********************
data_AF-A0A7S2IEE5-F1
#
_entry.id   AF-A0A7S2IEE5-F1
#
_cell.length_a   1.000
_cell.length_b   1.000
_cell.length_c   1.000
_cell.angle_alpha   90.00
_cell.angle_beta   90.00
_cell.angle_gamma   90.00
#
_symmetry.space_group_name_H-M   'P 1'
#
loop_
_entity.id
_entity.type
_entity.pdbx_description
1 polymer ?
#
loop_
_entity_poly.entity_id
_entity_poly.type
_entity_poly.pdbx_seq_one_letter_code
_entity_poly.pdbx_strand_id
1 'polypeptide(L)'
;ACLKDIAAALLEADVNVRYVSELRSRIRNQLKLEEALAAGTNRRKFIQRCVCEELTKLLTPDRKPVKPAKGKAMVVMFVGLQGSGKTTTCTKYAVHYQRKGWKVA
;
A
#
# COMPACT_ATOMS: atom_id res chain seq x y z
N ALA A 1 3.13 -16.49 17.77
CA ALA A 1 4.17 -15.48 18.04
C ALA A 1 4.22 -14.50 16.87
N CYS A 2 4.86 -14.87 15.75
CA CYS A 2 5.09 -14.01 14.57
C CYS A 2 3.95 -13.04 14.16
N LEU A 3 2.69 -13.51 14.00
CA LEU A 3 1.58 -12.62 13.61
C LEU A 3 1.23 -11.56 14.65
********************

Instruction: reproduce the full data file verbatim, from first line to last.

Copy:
data_AF-A0A7S2IEE5-F1
#
_entry.id   AF-A0A7S2IEE5-F1
#
_cell.length_a   1.000
_cell.length_b   1.000
_cell.length_c   1.000
_cell.angle_alpha   90.00
_cell.angle_beta   90.00
_cell.angle_gamma   90.00
#
_symmetry.space_group_name_H-M   'P 1'
#
loop_
_entity.id
_entity.type
_entity.pdbx_description
1 polymer ?
#
loop_
_entity_poly.entity_id
_entity_poly.type
_entity_poly.pdbx_seq_one_letter_code
_entity_poly.pdbx_strand_id
1 'polypeptide(L)'
;ACLKDIAAALLEADVNVRYVSELRSRIRNQLKLEEALAAGTNRRKFIQRCVCEELTKLLTPDRKPVKPAKGKAMVVMFVGLQGSGKTTTCTKYAVHYQRKGWKVA
;
A
#
# COMPACT_ATOMS: atom_id res chain seq x y z
N ALA A 1 3.13 -16.49 17.77
CA ALA A 1 4.17 -15.48 18.04
C ALA A 1 4.22 -14.50 16.87
N CYS A 2 4.86 -14.87 15.75
CA CYS A 2 5.09 -14.01 14.57
C CYS A 2 3.95 -13.04 14.16
N LEU A 3 2.69 -13.51 14.00
CA LEU A 3 1.58 -12.62 13.61
C LEU A 3 1.23 -11.56 14.65